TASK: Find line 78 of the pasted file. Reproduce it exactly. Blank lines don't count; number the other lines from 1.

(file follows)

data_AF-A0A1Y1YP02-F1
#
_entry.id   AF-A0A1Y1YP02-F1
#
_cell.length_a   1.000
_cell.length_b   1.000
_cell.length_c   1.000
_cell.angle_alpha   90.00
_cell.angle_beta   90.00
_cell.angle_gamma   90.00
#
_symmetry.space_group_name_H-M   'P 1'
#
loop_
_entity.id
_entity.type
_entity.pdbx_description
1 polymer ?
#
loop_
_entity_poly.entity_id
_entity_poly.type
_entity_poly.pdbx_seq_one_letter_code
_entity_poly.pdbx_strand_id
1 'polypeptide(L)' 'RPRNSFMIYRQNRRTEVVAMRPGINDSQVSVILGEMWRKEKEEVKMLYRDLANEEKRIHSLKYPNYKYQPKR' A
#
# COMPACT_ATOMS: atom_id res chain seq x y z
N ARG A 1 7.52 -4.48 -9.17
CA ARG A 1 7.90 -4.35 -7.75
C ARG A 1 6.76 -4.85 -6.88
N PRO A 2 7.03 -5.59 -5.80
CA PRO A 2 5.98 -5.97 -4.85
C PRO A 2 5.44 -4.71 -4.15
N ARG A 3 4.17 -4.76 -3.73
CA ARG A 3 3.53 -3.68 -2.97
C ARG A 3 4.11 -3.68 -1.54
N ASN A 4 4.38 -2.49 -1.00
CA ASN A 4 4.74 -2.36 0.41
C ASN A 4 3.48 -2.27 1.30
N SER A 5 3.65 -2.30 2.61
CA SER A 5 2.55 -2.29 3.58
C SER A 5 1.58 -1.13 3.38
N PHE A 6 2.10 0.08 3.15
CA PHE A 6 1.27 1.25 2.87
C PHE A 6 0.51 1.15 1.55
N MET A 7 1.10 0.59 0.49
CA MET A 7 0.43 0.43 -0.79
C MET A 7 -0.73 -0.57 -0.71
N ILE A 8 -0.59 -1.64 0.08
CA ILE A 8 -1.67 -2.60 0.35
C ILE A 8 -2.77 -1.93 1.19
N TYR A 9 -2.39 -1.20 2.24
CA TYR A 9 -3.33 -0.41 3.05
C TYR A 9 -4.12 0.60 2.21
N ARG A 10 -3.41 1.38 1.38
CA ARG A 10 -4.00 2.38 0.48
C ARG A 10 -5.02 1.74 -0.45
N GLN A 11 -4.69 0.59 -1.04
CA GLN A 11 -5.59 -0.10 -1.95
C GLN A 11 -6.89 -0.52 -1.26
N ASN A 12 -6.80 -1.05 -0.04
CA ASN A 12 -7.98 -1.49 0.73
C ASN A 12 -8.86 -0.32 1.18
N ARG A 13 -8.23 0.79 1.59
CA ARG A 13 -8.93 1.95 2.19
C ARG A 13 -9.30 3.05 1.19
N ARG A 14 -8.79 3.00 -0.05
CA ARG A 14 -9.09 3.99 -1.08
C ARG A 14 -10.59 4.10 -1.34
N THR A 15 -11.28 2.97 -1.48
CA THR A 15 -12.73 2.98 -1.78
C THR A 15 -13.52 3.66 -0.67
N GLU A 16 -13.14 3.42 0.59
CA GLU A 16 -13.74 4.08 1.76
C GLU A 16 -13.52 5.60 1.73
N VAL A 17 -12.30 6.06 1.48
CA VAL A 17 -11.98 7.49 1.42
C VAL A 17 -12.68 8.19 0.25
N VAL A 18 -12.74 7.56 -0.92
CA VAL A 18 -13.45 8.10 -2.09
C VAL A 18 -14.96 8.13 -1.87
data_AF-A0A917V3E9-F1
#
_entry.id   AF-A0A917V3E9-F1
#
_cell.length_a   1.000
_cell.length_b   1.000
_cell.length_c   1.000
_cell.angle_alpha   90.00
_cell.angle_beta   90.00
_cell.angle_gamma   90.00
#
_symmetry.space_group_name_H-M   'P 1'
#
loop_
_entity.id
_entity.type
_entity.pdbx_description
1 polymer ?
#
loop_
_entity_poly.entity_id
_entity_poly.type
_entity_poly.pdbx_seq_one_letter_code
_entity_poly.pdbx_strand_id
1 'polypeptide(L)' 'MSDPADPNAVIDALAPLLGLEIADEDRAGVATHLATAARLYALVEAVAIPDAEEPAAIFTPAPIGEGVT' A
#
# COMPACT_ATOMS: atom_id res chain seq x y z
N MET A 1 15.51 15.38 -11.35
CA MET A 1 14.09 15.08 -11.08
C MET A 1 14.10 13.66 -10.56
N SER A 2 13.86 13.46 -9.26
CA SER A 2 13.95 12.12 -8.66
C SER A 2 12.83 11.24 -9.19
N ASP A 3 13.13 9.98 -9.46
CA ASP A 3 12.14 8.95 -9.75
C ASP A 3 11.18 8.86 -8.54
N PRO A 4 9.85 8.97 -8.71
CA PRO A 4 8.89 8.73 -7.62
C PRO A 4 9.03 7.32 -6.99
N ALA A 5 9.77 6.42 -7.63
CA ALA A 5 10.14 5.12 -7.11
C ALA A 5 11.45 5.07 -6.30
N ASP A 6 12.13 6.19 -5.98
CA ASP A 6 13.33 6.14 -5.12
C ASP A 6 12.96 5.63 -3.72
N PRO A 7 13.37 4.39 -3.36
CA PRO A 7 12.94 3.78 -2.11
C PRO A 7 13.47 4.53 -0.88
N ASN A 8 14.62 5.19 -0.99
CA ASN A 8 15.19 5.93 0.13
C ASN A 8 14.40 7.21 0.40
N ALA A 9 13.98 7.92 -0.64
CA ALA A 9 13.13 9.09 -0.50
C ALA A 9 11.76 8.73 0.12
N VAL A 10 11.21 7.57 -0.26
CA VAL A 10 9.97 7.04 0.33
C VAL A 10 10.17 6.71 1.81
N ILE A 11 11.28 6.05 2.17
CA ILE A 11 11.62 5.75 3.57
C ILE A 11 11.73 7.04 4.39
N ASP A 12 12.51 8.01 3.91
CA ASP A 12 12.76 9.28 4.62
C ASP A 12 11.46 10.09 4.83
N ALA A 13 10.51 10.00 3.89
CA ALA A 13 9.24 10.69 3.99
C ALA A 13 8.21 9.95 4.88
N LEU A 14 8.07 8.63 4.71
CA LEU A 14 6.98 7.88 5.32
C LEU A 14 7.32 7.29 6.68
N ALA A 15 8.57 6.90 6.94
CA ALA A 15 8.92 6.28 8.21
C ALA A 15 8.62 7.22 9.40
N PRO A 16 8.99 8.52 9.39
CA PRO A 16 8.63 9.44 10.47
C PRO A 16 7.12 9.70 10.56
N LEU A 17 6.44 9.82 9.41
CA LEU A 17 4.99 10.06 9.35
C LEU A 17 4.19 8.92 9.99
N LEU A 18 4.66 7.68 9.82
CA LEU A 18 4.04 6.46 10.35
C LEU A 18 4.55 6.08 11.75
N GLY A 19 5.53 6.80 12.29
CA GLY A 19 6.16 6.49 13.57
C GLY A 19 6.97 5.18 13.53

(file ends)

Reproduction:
C VAL A 17 -12.68 8.19 0.25